I spent $13.28 at Sav-Mor, a local discount grocery store. They have carts at the front with seriously marked-down items. I usually don't stop to look because they are often filled with stuff we don't eat, but today I was happily surprised to see that they were selling boxes of (12) organic ice cream cones for .49! These same boxes cost almost $5 at Earth Fare and my son loves to offer ice cream cones to his friends when they visit (and rarely asks for one for himself alone) and just yesterday a friend was over and there was only one cone left and he said, "Olive can have the cone, Mommy. I'll have ice cream in a bowl." So I would pay full price to support that kind of generosity, but as luck would have it, I think it is being rewarded another way. There are some grocery items that Aldi doesn't carry, like whole wheat pasta, eggplants and ricotta cheese, so I picked those up, too.

Then for the bulk of my shopping I spent $35.52 at Aldi. My grand total was $57.01. Still more than $20 under what I thought would be the impossible goal of $80. I really considered buying some items - like chicken tenderloins that were on sale at Sav-Mor for $1.87/lb - but I just couldn't. We still have some chicken (not much, but enough for one meal) in our freezer and since I can see that I can consistently spend under $80 a week for food (even when I stocked up on staples like flour and sugar this week), I don't think I have to watch sales on meat, especially since we rarely eat it.

At this rate I feel that I can buy more of our vegetables from local and organic sources and not break the budget - especially since our farmer's markets should be opening soon. And, of course, my weekly CSA share will start in May. Hooray for Spring!

Slow Cooker Spinach Lasagna
Green Salad

I'm back in the hospital for my 24-hour shift and there will be plenty of leftovers from the lasagna to cover us for today.

Black Bean Tacos with Roasted Peppers and Onions
Crudites (raw broccoli, cherry tomatoes and carrots)
with Homemade Ranch Dressing Dipping Sauce

Tangy Twice-Baked Potatoes
Spinach Salad (with slices of hard-boiled eggs to boost the protein content of the meal)

Pizza with homemade sauce and crust
Roasted Peppers and Pepperoni
Spinach Salad

Roasted Pumpkin Soup
Homemade Croutons

Ratatouille (classic French stew with eggplant, tomatoes, zucchini, and peppers)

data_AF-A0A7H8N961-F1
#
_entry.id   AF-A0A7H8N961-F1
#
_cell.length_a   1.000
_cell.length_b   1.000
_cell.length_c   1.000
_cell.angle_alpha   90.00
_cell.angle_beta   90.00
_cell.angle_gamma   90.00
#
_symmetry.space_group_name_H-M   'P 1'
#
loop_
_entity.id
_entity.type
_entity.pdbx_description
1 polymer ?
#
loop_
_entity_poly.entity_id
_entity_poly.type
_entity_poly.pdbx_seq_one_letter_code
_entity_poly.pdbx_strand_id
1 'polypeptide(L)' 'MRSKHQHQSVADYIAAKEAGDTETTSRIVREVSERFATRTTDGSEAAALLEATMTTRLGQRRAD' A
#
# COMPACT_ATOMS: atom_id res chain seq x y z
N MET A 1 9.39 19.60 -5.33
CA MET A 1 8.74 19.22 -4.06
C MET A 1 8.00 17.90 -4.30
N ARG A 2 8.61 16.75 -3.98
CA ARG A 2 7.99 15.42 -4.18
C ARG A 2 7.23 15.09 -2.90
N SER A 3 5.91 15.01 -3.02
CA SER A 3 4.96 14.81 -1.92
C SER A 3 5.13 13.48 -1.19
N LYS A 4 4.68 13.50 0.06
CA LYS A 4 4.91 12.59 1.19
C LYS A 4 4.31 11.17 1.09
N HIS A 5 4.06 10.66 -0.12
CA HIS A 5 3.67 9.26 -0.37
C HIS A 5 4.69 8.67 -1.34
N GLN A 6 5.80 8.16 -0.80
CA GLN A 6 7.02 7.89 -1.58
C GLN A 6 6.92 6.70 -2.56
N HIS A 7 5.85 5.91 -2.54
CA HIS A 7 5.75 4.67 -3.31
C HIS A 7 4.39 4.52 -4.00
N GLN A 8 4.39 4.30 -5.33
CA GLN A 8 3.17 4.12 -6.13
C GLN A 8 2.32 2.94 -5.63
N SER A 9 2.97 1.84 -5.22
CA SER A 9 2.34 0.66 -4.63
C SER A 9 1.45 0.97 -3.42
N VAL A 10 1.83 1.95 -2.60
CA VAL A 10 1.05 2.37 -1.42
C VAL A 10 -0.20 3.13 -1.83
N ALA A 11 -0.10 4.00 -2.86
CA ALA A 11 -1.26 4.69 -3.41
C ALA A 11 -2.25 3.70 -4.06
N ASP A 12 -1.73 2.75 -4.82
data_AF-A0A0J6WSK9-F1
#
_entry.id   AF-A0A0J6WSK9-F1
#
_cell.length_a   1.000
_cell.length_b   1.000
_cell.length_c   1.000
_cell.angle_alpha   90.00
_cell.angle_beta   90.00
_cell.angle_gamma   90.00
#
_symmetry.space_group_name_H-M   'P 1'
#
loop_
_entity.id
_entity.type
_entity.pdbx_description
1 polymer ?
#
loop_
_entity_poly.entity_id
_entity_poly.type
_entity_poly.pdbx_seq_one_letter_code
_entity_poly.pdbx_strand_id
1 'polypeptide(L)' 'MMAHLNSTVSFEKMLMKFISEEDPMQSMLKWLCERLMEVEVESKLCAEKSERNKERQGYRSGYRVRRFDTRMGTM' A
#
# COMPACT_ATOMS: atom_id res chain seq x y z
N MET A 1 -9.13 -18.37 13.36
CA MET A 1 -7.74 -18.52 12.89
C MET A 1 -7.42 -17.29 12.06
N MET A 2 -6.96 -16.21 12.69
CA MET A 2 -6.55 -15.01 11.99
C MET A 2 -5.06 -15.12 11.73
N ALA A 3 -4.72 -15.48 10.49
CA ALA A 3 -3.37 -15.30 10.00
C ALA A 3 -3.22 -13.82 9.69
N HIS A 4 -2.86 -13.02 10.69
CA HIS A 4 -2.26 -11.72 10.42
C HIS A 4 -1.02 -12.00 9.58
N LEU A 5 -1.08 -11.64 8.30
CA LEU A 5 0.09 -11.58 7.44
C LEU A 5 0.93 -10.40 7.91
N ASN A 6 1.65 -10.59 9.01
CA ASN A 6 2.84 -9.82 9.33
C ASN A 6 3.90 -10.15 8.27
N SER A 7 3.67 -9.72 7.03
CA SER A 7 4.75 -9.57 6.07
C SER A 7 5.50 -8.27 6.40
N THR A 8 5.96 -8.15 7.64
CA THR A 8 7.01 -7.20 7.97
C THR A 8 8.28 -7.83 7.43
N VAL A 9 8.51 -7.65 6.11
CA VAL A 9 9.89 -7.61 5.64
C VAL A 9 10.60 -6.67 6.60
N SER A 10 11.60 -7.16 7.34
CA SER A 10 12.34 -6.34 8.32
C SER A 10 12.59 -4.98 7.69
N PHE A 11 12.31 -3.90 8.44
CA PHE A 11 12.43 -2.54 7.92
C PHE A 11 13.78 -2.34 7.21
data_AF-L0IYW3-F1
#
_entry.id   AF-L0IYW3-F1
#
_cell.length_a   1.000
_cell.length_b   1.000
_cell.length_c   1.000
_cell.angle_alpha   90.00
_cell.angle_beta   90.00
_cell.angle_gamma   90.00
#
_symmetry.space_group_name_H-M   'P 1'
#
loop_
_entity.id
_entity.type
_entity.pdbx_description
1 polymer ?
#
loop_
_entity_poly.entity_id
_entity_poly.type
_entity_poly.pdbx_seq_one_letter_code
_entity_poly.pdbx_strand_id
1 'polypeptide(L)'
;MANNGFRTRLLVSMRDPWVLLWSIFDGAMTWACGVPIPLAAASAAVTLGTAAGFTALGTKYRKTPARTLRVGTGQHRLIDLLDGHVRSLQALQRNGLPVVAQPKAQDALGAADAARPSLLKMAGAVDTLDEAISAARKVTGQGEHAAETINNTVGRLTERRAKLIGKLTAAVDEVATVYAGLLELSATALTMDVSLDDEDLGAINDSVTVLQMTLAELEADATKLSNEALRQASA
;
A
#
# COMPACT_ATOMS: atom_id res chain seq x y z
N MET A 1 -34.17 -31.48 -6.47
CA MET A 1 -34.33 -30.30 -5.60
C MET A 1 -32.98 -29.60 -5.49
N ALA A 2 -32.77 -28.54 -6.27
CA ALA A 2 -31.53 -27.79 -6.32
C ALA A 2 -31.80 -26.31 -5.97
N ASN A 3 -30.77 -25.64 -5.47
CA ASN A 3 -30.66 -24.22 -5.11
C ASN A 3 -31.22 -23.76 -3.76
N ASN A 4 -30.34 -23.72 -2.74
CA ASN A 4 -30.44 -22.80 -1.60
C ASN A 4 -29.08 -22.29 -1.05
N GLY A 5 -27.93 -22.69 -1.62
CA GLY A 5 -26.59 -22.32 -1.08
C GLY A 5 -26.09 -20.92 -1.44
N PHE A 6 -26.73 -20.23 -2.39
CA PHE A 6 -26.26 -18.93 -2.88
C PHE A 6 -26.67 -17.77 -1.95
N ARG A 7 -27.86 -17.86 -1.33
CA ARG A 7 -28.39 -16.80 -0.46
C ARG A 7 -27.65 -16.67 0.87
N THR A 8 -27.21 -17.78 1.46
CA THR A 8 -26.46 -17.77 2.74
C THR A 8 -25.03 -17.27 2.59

Creamy Polenta

Sunday, March 8, 2009

Including Moderation

One of my favorite sayings is "Everything in moderation - including moderation." I *usually* practice thrift and enjoy simple pleasures. But sometimes - especially around birthdays - I like to go over the top a bit.

This week I'm rejoicing in excess.

It was D's birthday on Tuesday: It all started with a simple - almost frugal - banana cake.

Then on Wednesday my parents took us to dinner at D's choice of restaurants - an adorable French bistro. I got a peek at the bill for the evening's revelry and it exceed what I spent on food for my family last month. Sacre Bleu! C'est magnifique!

And then Friday night we had a party with D's friends - and another cake, of course.

And what a cake it was! Our friend couldn't be bothered with a fork and opted to inhale it. (She made me promise I wouldn't post this picture on Facebook. I've kept to the letter of the law, if not the spirit. :)

My parents were back this evening to look after the kids so the adults could have a little more ribald (and I mean ribald!) fun, but after several hours they had to go home and G got to indulge in his favorite past-time - telling jokes, of course!

As you can see, he had the crowd in stitches. I think he's going to be responsible for the return of vaudeville.

It's a good thing we have a couple of months before our next birthday extravaganza - G's 4th! - and the Taqueria truck rolls into our driveway once again. I think we will have recovered by then.

Friday, March 6, 2009

Food Waste for the Week

The Crunchy Chicken's Food Waste Challenge officially ended in February, so I won't use her image anymore for my Food Waste Fridays - but I did find this lovely poster from the Google image archives. Even though this image is nearly 100 years old it is still relevant today. It can serve as a reminder that adequate food sources are still unavailable to large parts of world's population. I am grateful for the plentiful food that is available to my family. I don't take it for granted and I certainly don't want to waste it. Here's how we did this week:

Fortunately, we had another no food waste week in our household. This week we have a rather unusual challenge - we celebrated my husband's birthday this week and have an abundance of sweets to eat if we don't want to have any waste next week. Again, I know this is what can only be considered a "high class" problem. :)

Tuesday, March 3, 2009

Banana Birthday Cake (Or What to Do When Bananas Are on Sale)

If you look at the picture from my shopping trip yesterday (you can click on it to get a larger view), you will see that I bought a pile of very ripe bananas. My store was selling them in bags for 99 cents each. I weighed one and it was over 4 pounds, which means I spent less than 25 cents per pound - a very good price for bananas. I thought I would puree and freeze them and use them in smoothies or banana bread.